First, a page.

When you see a tweet like this, you have to think, “What could go wrong?”
Ironically, the National Review blog post in question, by Brad Wilcox, was called, “What Could Go Wrong? Millennials are underemployed, unhitched, and unchurched at record rates.” In it he riffs off of the new Pew Research Center report, “Millennials in Adulthood.” His thesis is this:
Millennial ties to the core human institutions that have sustained the American experiment — work, marriage, and civil society — are worryingly weak.
Just a couple of completely wrong things about this. Apart from the marriage issue, about which we’ve long since learned Wilcox does not know what he’s talking, look at what he says about work:
In fact, full-time employment for young men remains at or near record lows. This matters because full-time work remains the best way to avoid poverty and to chart a path into the middle class for ordinary Americans. Work also affords most Americans an important sense of dignity and meaning — the psychological boost provided by what American Enterprise Institute president Arthur Brooks calls a sense of “earned success.”
After that big setup to a link to his boss at AEI, Wilcox shows this figure, the source for which is not revealed, but it’s presumably drawn from the Current Population Survey (though I didn’t realized CPS already goes three clicks beyond 2013):
Anyway, the scary line downward there is for 20-24 year-olds. How awful that they are so disconnected from the labor force these days, not developing their sense of “earned success.” I attempted to recreate that trend here, using the IPUMS extractor:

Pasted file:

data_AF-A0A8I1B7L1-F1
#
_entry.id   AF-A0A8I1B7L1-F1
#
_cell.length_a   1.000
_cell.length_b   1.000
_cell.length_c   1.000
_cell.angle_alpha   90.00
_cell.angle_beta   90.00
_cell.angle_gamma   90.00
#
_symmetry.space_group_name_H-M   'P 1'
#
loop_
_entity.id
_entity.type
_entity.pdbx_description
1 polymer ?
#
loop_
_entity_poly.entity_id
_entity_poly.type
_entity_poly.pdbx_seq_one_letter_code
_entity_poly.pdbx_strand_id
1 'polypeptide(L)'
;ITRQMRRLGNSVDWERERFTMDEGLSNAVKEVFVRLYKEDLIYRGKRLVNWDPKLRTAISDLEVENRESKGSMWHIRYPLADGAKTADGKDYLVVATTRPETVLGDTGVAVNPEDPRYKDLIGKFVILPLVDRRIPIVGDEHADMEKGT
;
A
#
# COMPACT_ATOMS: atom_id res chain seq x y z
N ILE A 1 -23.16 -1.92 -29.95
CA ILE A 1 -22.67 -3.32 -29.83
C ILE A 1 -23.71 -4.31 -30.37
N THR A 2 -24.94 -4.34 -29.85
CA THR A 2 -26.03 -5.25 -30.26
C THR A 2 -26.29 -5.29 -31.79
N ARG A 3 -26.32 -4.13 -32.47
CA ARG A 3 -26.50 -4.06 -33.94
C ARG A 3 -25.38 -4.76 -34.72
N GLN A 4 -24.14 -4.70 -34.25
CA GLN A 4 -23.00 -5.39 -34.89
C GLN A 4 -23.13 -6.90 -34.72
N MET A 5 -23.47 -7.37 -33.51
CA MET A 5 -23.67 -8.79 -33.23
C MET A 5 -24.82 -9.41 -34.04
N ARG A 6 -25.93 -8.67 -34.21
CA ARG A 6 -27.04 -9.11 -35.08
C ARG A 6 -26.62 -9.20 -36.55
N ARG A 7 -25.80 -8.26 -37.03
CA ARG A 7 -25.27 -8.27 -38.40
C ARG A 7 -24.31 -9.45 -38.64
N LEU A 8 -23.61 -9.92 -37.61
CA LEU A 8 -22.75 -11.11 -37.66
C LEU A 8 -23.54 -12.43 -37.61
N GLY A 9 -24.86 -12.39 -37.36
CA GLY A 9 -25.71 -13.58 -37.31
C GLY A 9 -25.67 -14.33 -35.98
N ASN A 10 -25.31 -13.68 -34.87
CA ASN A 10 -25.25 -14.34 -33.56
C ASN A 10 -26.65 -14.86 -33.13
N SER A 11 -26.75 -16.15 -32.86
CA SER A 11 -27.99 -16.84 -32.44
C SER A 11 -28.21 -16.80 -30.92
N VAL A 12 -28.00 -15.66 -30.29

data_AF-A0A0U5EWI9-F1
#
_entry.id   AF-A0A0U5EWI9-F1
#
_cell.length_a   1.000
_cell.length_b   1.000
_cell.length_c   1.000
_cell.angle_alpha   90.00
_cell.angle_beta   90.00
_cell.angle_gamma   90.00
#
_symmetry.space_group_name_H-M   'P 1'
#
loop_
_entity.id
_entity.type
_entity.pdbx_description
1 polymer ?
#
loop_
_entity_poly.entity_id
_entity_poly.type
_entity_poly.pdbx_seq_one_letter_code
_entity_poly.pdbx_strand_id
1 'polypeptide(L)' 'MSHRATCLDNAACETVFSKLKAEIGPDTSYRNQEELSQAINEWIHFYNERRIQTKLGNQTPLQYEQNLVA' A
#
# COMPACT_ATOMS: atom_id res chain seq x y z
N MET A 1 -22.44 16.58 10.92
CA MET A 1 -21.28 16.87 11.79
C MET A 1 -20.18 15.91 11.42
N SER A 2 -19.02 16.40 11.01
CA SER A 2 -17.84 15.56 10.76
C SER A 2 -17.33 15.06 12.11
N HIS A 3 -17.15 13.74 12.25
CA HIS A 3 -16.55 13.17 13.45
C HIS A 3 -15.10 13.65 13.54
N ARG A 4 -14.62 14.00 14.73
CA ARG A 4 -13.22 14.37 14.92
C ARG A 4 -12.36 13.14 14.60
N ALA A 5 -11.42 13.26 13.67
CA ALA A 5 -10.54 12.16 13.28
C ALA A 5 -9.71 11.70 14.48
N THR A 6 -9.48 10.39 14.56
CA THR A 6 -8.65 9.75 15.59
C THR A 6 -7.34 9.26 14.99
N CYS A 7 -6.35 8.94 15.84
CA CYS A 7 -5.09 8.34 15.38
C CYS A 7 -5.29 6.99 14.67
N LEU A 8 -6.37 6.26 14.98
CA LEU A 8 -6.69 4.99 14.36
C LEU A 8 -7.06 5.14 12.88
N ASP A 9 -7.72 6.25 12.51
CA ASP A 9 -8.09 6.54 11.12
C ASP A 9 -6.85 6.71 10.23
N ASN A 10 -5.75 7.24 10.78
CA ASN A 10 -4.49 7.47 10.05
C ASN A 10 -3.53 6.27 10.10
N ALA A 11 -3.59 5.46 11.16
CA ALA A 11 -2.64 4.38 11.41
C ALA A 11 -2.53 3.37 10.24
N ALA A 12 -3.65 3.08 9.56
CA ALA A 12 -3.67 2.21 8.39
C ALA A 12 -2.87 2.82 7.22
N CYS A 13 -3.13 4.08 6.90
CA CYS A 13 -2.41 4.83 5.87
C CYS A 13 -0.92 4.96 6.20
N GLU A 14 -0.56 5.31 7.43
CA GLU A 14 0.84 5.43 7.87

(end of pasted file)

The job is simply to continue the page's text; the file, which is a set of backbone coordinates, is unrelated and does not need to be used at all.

The percentage of 20-24 year-olds attending school increased from 29% in 1990 to 41% in 2013. Altogether, the percentage in either school or the labor force (and some are doing both) has increased slightly. How bad is that? (I suspect this pattern would hold for the other age groups in Wilcox’s figure as well, but the CPS question on school enrollment was only asked of people under age 25. Note also the CPS excludes incarcerated people, which includes a lot of young people.)
So, unless you think education is bad for ties to “core human institutions,” that’s just wrong.
After marriage, Wilcox moves to civil society, “measured here by religion” (don’t get me started). Obviously, religion is down. And then his conclusion about work, marriage and religion together:
Why does this matter? Historically, these core institutions have furnished meaning, money, and social support to generation after generation of Americans. Even today, data from the 2006–2012 General Social Survey suggest that, taken together, these institutions remain strongly linked to a sense of happiness among today’s Millennials. For instance, 58 percent of Millennial men who were married, employed full-time, and regular religious attendees reported that they are very happy in life; by contrast, only 25 percent of Millennial men who were unmarried, not working full-time, and religiously disengaged reported that they are very happy in life.